Venezuela, a country that boasts of having the largest oil reserves in the world, is facing an acute scarcity of gasoline due to deterioration of its refinery system, and the huge volume of fuel being smuggled out of the country.
Experts said that Venezuela has shifted from exporter to importer of gasoline under the Hugo Chávez administration, which is forced to import fuel and components to process it from the United States, not only for internal consumption but to allow the state enterprise Petróleos de Venezuela, S.A. (PDVSA) to fulfill contractual commitments.
The experts fear that the government will choose to ration the fuel because of its inability to contain the contraband and increase production.
In a way, they have already started to do just that, said Juan Fernández, former PDVSA’s executive planning director, referring to a government measure forcing motorists in border states to place a chip in their vehicles to count the amount of gasoline they put in their tanks.
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The measure, which generated protests in the state of Zulia, also limits the amount of fuel residents can buy to only 41 liters (10.8 gallons) every two days, to control the massive contraband of gasoline to Colombia.
And even though the measure does not seem to be drastic at this point, Fernández said that it could be only the beginning.
“As in every economy where everything ends up deteriorating, the way they fix it is by imposing quotas and controlling the people,” Fernández said in a telephone interview. “That is what we are seeing with this alleged chip, which is nothing but a way to introduce a rationing quota system using contraband as an excuse.
“This is a wrinkle the government will start running, first in order states, then a little further out to reach other states close to the border and, since there is a deficit in the system, we will end up seeing the wrinkle growing until everybody is under controlled consumption,” he said.
The deficit in the system is caused by a combination of factors ranging from an abrupt plunge in production, an increase in the number of vehicles and the flight of thousands of barrels of the extremely cheap Venezuelan gasoline to Colombia, Brazil and Guyana.
“It’s a perfect combination,” said Horacio Medina, former manager of PDVSA. “As long as these factors are in play, it will be very difficult to solve this problem.”
The fact that Venezuela is lacking refinery capacity is a paradox for a country that boasts of having the largest reserves of crude oil on the planet, estimated at 316,000 millions of barrels, and that only 10 years ago exported gasoline to other countries, including the United States.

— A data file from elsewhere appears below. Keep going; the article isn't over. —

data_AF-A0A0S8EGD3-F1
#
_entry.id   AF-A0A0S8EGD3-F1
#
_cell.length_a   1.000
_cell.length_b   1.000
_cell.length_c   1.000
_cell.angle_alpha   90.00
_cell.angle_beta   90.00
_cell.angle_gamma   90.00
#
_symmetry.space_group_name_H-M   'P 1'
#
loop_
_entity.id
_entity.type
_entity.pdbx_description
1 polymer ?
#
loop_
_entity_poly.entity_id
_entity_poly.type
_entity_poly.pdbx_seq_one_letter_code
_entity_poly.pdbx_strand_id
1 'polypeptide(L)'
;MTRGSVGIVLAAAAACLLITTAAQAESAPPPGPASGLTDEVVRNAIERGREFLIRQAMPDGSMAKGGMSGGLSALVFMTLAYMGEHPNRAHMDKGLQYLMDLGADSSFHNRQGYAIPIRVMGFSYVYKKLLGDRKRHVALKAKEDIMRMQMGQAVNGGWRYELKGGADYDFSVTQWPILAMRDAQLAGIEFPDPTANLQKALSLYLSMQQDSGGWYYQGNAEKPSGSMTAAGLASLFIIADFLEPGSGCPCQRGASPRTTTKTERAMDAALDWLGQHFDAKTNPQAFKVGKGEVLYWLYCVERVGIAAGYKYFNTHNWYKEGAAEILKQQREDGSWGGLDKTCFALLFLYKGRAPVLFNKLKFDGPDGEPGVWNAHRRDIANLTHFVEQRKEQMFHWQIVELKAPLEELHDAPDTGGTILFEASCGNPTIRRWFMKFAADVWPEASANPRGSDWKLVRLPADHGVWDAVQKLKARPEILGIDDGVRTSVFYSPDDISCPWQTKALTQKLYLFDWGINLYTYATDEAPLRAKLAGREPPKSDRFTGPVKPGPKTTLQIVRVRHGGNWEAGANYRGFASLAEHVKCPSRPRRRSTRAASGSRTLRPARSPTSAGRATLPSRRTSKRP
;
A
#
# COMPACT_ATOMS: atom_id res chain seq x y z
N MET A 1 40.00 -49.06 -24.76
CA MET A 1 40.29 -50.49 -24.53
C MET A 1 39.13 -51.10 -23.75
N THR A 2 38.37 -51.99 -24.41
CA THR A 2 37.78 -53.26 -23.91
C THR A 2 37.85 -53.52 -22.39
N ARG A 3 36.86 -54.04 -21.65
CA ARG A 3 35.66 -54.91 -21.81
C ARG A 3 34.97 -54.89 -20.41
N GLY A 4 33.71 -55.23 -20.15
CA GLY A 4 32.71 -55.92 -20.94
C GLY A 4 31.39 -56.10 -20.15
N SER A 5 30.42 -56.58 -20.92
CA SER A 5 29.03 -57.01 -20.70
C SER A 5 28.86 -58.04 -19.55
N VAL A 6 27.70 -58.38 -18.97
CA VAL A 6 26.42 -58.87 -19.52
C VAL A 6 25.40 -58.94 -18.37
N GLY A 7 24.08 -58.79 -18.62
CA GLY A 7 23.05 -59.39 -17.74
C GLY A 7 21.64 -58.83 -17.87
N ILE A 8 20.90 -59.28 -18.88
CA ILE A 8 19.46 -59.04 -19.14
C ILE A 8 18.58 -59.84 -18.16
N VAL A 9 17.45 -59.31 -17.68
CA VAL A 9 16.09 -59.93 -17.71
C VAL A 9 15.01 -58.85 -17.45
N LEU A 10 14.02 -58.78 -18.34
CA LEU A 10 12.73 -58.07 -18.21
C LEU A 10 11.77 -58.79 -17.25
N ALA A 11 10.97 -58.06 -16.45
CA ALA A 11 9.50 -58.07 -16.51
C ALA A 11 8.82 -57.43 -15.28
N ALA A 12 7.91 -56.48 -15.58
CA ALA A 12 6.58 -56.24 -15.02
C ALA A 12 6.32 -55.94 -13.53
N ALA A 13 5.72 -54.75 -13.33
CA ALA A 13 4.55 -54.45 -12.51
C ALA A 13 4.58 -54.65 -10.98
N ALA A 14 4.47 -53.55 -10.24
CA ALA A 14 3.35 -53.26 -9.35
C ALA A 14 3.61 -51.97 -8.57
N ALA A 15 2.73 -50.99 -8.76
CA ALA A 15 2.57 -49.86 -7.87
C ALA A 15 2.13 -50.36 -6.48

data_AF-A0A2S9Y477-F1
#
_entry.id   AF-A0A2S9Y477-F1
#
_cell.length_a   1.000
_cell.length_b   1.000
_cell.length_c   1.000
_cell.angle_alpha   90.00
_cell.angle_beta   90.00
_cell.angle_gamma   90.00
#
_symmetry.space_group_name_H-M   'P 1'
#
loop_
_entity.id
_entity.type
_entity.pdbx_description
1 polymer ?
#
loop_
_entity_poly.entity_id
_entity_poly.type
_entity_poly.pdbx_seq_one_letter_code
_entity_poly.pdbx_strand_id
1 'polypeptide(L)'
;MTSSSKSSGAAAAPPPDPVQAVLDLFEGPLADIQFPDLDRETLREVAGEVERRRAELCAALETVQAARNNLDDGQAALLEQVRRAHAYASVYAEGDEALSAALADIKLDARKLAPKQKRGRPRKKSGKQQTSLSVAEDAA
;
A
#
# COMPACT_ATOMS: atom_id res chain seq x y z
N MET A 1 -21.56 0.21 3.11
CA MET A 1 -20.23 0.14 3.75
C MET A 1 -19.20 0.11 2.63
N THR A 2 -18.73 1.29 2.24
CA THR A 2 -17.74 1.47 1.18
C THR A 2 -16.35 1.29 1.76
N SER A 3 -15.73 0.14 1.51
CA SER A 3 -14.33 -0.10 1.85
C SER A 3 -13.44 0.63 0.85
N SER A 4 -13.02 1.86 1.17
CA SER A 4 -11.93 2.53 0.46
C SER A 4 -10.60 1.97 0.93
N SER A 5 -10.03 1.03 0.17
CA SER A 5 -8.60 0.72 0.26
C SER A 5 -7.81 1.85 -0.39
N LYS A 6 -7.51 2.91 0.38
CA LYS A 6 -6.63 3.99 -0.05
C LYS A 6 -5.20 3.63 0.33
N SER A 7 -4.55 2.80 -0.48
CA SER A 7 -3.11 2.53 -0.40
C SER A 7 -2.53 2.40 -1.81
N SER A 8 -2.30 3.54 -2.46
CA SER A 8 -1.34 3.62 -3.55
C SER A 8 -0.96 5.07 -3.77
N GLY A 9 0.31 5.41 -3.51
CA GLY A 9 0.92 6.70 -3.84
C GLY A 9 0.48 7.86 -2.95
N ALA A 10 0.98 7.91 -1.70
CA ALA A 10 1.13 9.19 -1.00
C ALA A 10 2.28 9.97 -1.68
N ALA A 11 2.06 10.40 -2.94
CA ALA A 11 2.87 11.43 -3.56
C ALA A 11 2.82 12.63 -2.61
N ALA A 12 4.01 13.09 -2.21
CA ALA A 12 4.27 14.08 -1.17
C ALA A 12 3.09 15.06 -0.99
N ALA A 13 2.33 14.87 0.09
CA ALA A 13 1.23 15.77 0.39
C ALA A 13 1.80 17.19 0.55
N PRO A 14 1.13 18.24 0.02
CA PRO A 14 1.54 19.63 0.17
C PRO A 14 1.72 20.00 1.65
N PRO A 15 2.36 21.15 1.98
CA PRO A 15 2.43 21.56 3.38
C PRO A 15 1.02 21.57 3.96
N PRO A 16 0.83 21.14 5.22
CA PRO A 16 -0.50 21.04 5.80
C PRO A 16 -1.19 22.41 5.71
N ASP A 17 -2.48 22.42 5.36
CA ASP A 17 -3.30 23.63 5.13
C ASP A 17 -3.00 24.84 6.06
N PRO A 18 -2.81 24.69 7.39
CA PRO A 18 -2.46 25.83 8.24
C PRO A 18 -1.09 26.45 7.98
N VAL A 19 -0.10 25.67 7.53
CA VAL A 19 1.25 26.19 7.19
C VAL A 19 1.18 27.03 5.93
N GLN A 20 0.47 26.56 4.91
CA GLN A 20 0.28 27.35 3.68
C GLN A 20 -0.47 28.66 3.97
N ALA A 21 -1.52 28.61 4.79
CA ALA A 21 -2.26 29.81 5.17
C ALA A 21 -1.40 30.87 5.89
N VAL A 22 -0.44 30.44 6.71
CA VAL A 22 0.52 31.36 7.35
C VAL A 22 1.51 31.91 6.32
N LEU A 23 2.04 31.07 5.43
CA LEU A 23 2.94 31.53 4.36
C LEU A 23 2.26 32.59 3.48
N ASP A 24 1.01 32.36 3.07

Today, it’s the United States that sells large volumes of crude oil to Venezuela.
According to the Department of Energy, Venezuela imported 1 million barrels of processed gasoline only in December 2011, which, added to the its purchases from the United States of crude oil and oil derivatives reached a total of 2.21 million of barrels.
Experts said that the refinery capacity in Venezuela has been dismantled in the last 10 years, first by a Chávez administration decision to sell the PDVSA refineries abroad, and later due to a chain of accidents and maintenance problems in the country’s main refineries.
Meanwhile, Venezuela has not built a refinery since Chávez took power, despite promising to build dozens of them inside the country and abroad. On Tuesday, he again promised two new facilities.
Only one of those promises seems to be materializing for now — the one that forced the Castro brothers to build a refinery in Matanzas, Cuba.
On the other hand, the national fuel supply is being affected as well by the massive contraband, which has turned into a gigantic source of corruption.
These types of operations are very lucrative because of the enormous subsidies the government grants to the consumption of gasoline produced in Venezuela, where one gallon of gasoline can be purchased for $0.12.
“If in Venezuela the price is two cents a liter and in Cúcuta, Colombia, on the other side of the border, is $1.30, you have a difference in price of 60 times that should be able to cover everything,” Fernández said.
Yet, the volumes involved demonstrate that the flight is not carried out mainly through individuals who fill up the tank and then cross the border to sell it in the neighbor country.
Medina said that there are tank trucks and river barges transporting thousands of gallons of gasoline every day across the border to sell them in Colombia, a type of operation that undoubtedly could not be carried out without some degree of complicity by the authorities in charge of watching the border.
“We’re talking billions of dollars lost this way,” he said. “It’s too much money, and it’s money not being transported by taxi drivers in the gas tanks of their vehicles.”